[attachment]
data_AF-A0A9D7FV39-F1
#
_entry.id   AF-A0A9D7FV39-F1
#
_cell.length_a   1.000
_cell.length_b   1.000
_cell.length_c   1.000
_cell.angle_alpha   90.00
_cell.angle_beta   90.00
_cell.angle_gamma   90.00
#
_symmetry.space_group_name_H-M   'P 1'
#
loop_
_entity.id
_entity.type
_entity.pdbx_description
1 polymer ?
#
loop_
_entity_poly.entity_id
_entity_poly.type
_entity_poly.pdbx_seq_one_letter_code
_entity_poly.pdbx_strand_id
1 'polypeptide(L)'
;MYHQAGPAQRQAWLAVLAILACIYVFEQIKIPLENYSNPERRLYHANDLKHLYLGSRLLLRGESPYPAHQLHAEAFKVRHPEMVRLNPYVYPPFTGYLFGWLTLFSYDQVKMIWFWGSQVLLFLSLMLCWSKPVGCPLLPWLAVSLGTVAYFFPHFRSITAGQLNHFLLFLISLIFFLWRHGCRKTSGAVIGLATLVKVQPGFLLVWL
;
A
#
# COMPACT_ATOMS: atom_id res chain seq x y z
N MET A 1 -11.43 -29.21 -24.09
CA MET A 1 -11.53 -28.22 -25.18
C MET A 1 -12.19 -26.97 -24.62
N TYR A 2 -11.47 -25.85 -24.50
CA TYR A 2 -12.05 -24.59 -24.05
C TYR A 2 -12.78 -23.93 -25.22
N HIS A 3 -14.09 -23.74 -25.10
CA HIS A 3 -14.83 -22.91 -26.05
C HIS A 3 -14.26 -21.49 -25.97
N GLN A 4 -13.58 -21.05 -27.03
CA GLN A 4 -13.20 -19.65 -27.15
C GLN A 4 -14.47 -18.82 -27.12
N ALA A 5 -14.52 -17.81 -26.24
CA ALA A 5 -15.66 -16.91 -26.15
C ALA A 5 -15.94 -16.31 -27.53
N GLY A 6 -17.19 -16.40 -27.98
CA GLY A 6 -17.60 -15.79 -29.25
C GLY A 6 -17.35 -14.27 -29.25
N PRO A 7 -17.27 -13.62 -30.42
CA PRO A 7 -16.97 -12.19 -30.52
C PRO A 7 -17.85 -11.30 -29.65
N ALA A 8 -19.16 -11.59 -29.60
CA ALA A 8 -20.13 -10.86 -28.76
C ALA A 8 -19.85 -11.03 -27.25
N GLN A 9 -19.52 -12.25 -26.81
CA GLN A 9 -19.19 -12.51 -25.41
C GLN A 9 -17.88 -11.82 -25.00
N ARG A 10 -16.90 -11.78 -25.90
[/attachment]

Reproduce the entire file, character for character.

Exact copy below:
data_AF-A0A9D7FV39-F1
#
_entry.id   AF-A0A9D7FV39-F1
#
_cell.length_a   1.000
_cell.length_b   1.000
_cell.length_c   1.000
_cell.angle_alpha   90.00
_cell.angle_beta   90.00
_cell.angle_gamma   90.00
#
_symmetry.space_group_name_H-M   'P 1'
#
loop_
_entity.id
_entity.type
_entity.pdbx_description
1 polymer ?
#
loop_
_entity_poly.entity_id
_entity_poly.type
_entity_poly.pdbx_seq_one_letter_code
_entity_poly.pdbx_strand_id
1 'polypeptide(L)'
;MYHQAGPAQRQAWLAVLAILACIYVFEQIKIPLENYSNPERRLYHANDLKHLYLGSRLLLRGESPYPAHQLHAEAFKVRHPEMVRLNPYVYPPFTGYLFGWLTLFSYDQVKMIWFWGSQVLLFLSLMLCWSKPVGCPLLPWLAVSLGTVAYFFPHFRSITAGQLNHFLLFLISLIFFLWRHGCRKTSGAVIGLATLVKVQPGFLLVWL
;
A
#
# COMPACT_ATOMS: atom_id res chain seq x y z
N MET A 1 -11.43 -29.21 -24.09
CA MET A 1 -11.53 -28.22 -25.18
C MET A 1 -12.19 -26.97 -24.62
N TYR A 2 -11.47 -25.85 -24.50
CA TYR A 2 -12.05 -24.59 -24.05
C TYR A 2 -12.78 -23.93 -25.22
N HIS A 3 -14.09 -23.74 -25.10
CA HIS A 3 -14.83 -22.91 -26.05
C HIS A 3 -14.26 -21.49 -25.97
N GLN A 4 -13.58 -21.05 -27.03
CA GLN A 4 -13.20 -19.65 -27.15
C GLN A 4 -14.47 -18.82 -27.12
N ALA A 5 -14.52 -17.81 -26.24
CA ALA A 5 -15.66 -16.91 -26.15
C ALA A 5 -15.94 -16.31 -27.53
N GLY A 6 -17.19 -16.40 -27.98
CA GLY A 6 -17.60 -15.79 -29.25
C GLY A 6 -17.35 -14.27 -29.25
N PRO A 7 -17.27 -13.62 -30.42
CA PRO A 7 -16.97 -12.19 -30.52
C PRO A 7 -17.85 -11.30 -29.65
N ALA A 8 -19.16 -11.59 -29.60
CA ALA A 8 -20.13 -10.86 -28.76
C ALA A 8 -19.85 -11.03 -27.25
N GLN A 9 -19.52 -12.25 -26.81
CA GLN A 9 -19.19 -12.51 -25.41
C GLN A 9 -17.88 -11.82 -25.00
N ARG A 10 -16.90 -11.78 -25.90